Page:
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Oh Atomicrops, Why Do You Hate Me?

I’ve never felt that a game hates me quite as much as Atomicrops.

Combining twin-stick shooting with farming, Atomicrops sees you tend to a small patch of growing fruits and veggies. It’s no normal farm though, and each night it’s under attack by increasingly fiendish crop-hungry foes. So while you’re sowing seeds and watering your crops, you also need to shoot enemies. It ain’t easy.

It’s so difficult, in fact, that I’ve been unable to see past the first few days of the game. Atomicrops is a Rogue-like, you see. So should you succumb to a shower of enemy projectiles, it’s truly game over. Back to the beginning you go. You need to be moderately successful before you earn even a single permanent upgrade, so, for the most part, any sense of achievement you’ve earned on your farm so far is snuffed out. Stomped all over. The game laughs at you, tells you tough shit, and leers at you ’til you try again.

The core gameplay loop of Atomicrops is incredibly addictive. Starting off with just a handful of seeds, you’ll need to explore nearby areas and defeat enemy camps to find more. As you explore, you’ll also find upgrades for your farm, and power-up skills to help you along the way. There are cows that can water your crops, and pigs that can dig up soil for you. You’ll also find pick-axes that let you expand your farm plot, which starts out at just nine squares in size. After just a couple of in-game days, you’ll already see your little farm start to flourish.

You can’t always be off adventuring, though. Even with farm animals to help you out, you need to be around to sow your seeds, collect your crops and protect them when night comes. Crops and plants equal currency in Atomicrops, and if you want any chance of succeeding, you’ll need plenty of it. At the end of every day in-game, you’ll be helicoptered to town, where your profits can be exchanged for new weaponry, seeds and other goodies. Roses – which you’ll grow on your farm alongside other plants – are a currency all of their own. These can be used to buy health refills as well as to ‘romance’ villagers in town. By giving them roses, they’ll offer you various helpful tools. Give them enough, and you can eventually marry them, having them help you out on your farm. Though I wouldn’t know; I’ve never got that far.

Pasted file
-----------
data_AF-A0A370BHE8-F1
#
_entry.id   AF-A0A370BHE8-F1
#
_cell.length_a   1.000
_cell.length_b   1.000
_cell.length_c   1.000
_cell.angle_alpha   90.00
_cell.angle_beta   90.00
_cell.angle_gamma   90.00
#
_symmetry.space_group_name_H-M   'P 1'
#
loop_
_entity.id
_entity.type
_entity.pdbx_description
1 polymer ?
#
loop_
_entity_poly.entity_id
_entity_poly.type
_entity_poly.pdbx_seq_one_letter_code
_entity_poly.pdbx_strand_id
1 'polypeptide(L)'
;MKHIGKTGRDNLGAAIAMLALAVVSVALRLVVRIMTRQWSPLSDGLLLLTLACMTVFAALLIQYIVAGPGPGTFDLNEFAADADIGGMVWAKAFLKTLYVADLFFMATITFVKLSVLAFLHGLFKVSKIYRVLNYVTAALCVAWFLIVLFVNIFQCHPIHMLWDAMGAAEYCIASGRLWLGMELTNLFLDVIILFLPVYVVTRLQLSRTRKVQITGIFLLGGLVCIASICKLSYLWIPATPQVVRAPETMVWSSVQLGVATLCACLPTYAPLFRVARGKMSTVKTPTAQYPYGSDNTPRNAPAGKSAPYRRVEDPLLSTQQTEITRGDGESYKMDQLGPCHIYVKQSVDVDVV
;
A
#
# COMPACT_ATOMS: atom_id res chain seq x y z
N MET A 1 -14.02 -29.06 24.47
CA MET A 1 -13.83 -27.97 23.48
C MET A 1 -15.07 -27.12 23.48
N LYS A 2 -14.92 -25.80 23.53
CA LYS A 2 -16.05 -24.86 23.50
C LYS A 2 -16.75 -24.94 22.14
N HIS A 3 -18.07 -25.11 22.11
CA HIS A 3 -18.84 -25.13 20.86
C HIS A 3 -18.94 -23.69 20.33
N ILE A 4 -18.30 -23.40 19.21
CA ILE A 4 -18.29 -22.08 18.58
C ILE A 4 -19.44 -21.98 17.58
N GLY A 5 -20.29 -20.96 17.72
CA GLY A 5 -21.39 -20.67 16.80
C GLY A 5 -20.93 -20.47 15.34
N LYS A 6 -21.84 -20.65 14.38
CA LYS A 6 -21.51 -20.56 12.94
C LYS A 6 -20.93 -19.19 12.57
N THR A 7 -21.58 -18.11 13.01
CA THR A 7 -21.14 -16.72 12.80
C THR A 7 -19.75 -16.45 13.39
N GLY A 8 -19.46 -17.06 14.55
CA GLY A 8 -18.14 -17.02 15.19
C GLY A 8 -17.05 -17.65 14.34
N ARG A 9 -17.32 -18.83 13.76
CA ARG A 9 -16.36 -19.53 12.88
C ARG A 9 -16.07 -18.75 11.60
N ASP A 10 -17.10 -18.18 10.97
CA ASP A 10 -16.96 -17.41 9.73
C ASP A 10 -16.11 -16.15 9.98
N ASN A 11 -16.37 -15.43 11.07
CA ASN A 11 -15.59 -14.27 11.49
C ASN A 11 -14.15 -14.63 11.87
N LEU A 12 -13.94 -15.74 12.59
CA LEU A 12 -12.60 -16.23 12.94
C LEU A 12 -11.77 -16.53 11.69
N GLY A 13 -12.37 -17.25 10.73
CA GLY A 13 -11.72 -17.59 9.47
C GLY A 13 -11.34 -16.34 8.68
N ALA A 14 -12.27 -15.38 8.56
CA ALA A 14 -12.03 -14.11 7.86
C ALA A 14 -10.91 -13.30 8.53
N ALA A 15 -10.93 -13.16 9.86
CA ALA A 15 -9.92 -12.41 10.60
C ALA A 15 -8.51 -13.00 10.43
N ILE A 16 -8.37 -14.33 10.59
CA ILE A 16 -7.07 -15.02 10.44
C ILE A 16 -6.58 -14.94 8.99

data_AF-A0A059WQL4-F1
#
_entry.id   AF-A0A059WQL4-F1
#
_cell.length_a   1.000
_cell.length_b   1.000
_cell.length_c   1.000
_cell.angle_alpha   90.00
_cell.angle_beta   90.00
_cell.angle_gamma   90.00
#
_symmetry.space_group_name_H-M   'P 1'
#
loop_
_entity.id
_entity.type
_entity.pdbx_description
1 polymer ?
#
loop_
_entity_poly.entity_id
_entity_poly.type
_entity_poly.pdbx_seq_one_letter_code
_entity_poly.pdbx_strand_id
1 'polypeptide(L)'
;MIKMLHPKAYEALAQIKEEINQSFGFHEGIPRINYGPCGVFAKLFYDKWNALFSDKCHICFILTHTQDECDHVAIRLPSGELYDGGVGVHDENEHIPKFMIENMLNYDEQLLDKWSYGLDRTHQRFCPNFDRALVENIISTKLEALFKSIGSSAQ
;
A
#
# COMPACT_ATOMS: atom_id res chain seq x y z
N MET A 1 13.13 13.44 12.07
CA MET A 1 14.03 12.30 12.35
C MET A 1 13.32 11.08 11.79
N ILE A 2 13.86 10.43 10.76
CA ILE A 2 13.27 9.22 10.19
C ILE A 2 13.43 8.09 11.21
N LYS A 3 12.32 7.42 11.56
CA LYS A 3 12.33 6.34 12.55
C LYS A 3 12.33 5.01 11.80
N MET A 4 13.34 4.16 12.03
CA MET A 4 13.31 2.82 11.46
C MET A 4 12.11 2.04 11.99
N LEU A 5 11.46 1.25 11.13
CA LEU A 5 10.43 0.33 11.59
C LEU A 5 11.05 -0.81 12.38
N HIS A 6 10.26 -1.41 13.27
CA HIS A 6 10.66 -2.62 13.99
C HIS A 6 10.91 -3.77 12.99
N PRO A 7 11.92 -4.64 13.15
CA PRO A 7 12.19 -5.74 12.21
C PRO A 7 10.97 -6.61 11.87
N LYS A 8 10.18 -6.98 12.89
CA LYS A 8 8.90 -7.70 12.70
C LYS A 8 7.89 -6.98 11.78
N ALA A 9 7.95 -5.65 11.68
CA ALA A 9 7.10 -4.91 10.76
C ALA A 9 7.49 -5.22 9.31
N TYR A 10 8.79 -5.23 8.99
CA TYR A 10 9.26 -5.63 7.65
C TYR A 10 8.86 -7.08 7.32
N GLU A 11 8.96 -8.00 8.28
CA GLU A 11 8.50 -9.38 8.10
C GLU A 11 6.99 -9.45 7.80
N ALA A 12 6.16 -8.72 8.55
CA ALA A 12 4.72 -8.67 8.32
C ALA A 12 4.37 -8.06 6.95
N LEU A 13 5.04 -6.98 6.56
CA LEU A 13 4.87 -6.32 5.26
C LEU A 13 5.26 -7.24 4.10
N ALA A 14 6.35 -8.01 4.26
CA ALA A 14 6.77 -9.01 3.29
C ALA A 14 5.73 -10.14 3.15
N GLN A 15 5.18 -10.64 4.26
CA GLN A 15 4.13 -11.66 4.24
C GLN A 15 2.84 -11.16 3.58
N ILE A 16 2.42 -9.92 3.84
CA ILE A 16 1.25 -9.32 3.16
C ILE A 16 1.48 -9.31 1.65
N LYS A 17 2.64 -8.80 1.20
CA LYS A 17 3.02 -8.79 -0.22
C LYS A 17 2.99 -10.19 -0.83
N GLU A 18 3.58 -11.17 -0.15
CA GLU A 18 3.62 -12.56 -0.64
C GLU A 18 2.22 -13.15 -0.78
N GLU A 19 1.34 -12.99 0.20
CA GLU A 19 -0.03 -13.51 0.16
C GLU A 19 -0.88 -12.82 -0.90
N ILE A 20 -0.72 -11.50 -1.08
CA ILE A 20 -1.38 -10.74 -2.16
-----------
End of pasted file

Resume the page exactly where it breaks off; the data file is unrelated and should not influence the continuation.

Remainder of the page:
The game’s surprisingly deep, with mechanics you’re just expected to figure out for yourself. Plant four matching seeds in a 2×2 square for instance, and apply enough fertiliser, and your seeds will mutate into a mega-crop, rewarding you with more money once it’s sold. It’s hard to take time to organise your seeds though. Initially, you don’t have much space to play with. And even in the daytime, before the real enemies come out to play, you still have to deal with pesky foes firing projectiles at you. Spend too much time dallying over what seeds to put where, and you’ll likely find yourself in the firing line.

That’s Atomicrops‘ biggest problem: it’s relentless to a fault. The day/night cycle is very quick; each day lasts only a few minutes, which doesn’t give you a great deal of time to plant your seeds. Come night time, if you’ve still got crops growing, you can’t leave them unattended. And if your weapon isn’t good enough, prepare to say goodbye to some of them; it can be hard to keep enemies at bay, especially after the first few days in-game.

Finding new upgrades for your farm feels like a win, but it’s short-lived. Even when you feel like you’re succeeding, you’re only ever one small mistake away from defeat. You start out with six hearts in the game, and refills are hard to come by. Very occasionally, enemies drop them, but it’s rare. And you’ll need roses to be able to buy refills back in town – and even then, you’re limited to one a day. Even when you’re being as careful as possible, it’s very easy to be caught off-guard by a rogue projectile. Bam: game over. All your hard work down the drain.

I get it; a permanent game over is the whole point of a Rogue-like. But Atomicrops feels harsher than most. If there was some meaningful progression between games right from the start, it might be a little easier to stomach; but when it’s literally back to square one every time, it becomes a real drag. As much as I’d like to see my Atomicrops farm thrive, after a couple of dozen or so defeats, it’s hard to muster the motivation to jump back in. It’s all going to end in tears anyway; I might as well save myself the heartbreak.

Atomicrops is available now on PS4, Xbox One, Switch and PC

Editor in chief // Kim's been into video games since playing Dizzy on her brother's Commodore 64 as a nipper. She'll give just about anything a go, but she's got a particular soft spot for indie adventures. If she's not gaming, she'll be building Lego, reading a thriller, watching something spooky or... asleep. She does love to sleep.